References

  1. Bibliography
  2. Skj B = Finnur Jónsson, ed. 1912-15b. Den norsk-islandske skjaldedigtning. B: Rettet tekst. 2 vols. Copenhagen: Villadsen & Christensen. Rpt. 1973. Copenhagen: Rosenkilde & Bagger.
  3. Skald = Kock, Ernst Albin, ed. 1946-50. Den norsk-isländska skaldediktningen. 2 vols. Lund: Gleerup.
  4. NN = Kock, Ernst Albin. 1923-44. Notationes Norrœnæ: Anteckningar till Edda och skaldediktning. Lunds Universitets årsskrift new ser. 1. 28 vols. Lund: Gleerup.
  5. Meissner = Meissner, Rudolf. 1921. Die Kenningar der Skalden: Ein Beitrag zur skaldischen Poetik. Rheinische Beiträge und Hülfsbücher zur germanischen Philologie und Volkskunde 1. Bonn and Leipzig: Schroeder. Rpt. 1984. Hildesheim etc.: Olms.
  6. LP = Finnur Jónsson, ed. 1931. Lexicon poeticum antiquæ linguæ septentrionalis: Ordbog over det norsk-islandske skjaldesprog oprindelig forfattet af Sveinbjörn Egilsson. 2nd edn. Copenhagen: Møller.
  7. CVC = Cleasby, Richard, Gudbrand Vigfusson [Guðbrandur Vigfússon] and W. A. Craigie. 1957. An Icelandic-English Dictionary. 2nd edn. Oxford: Clarendon.
  8. Fritzner = Fritzner, Johan. 1883-96. Ordbog over det gamle norske sprog. 3 vols. Kristiania (Oslo): Den norske forlagsforening. 4th edn. Rpt. 1973. Oslo etc.: Universitetsforlaget.
  9. NK = Neckel, Gustav and Hans Kuhn (1899), eds. 1983. Edda: Die Lieder des Codex Regius nebst verwandten Denkmälern. 2 vols. I: Text. 5th edn. Heidelberg: Winter.
  10. ÓH 1941 = Johnsen, Oscar Albert and Jón Helgason, eds. 1941. Saga Óláfs konungs hins helga: Den store saga om Olav den hellige efter pergamenthåndskrift i Kungliga biblioteket i Stockholm nr. 2 4to med varianter fra andre håndskrifter. 2 vols. Det norske historiske kildeskriftfond skrifter 53. Oslo: Dybwad.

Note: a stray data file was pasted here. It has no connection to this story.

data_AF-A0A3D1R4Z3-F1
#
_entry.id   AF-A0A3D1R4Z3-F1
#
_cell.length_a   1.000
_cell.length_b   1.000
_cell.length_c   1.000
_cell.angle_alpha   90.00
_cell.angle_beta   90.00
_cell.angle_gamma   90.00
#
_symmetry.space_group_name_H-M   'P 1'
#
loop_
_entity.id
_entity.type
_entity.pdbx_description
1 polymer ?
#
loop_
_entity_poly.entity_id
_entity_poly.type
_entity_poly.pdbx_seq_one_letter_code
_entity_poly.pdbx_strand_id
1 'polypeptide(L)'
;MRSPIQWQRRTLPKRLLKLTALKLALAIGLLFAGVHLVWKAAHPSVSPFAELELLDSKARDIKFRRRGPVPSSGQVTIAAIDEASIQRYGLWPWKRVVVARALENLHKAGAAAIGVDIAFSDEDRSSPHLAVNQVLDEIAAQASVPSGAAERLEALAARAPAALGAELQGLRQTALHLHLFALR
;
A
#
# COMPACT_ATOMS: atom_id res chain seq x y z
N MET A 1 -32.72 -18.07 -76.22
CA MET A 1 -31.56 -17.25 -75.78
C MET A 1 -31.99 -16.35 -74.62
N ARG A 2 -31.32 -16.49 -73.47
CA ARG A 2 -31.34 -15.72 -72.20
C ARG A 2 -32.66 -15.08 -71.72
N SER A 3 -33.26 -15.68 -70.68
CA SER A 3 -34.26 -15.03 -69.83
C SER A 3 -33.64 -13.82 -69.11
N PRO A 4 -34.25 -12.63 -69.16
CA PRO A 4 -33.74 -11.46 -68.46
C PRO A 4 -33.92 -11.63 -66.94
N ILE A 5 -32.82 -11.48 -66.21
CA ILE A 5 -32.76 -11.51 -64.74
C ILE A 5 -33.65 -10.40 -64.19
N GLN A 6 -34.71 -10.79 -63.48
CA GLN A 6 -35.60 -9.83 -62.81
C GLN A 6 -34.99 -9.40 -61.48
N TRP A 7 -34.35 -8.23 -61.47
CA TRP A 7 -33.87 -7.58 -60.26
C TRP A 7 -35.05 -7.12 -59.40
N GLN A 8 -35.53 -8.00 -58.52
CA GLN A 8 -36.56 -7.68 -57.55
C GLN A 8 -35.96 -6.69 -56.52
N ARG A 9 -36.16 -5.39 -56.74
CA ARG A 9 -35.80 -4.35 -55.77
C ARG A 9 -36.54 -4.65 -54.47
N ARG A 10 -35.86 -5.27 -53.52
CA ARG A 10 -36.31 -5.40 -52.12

11. Fritzner IV = Hødnebø, Finn. 1972. Ordbog over det gamle norske sprog af Dr. Johan Fritzner: Rettelser og tillegg. Oslo, Bergen, Tromsø: Universitetsforlaget.
  12. Jón Skaptason. 1983. ‘Material for an Edition and Translation of the Poems of Sigvat Þórðarson, skáld’. Ph.D. thesis. State University of New York at Stony Brook. DAI 44: 3681A.
  13. Internal references
  14. Judith Jesch 2012, ‘(Introduction to) Sigvatr Þórðarson, Vestrfararvísur’ in Diana Whaley (ed.), Poetry from the Kings’ Sagas 1: From Mythical Times to c. 1035. Skaldic Poetry of the Scandinavian Middle Ages 1. Turnhout: Brepols, p. 615.
  15. Not published: do not cite ()
  16. R. D. Fulk (ed.) 2012, ‘Sigvatr Þórðarson, Lausavísur 6’ in Diana Whaley (ed.), Poetry from the Kings’ Sagas 1: From Mythical Times to c. 1035. Skaldic Poetry of the Scandinavian Middle Ages 1. Turnhout: Brepols, p. 706.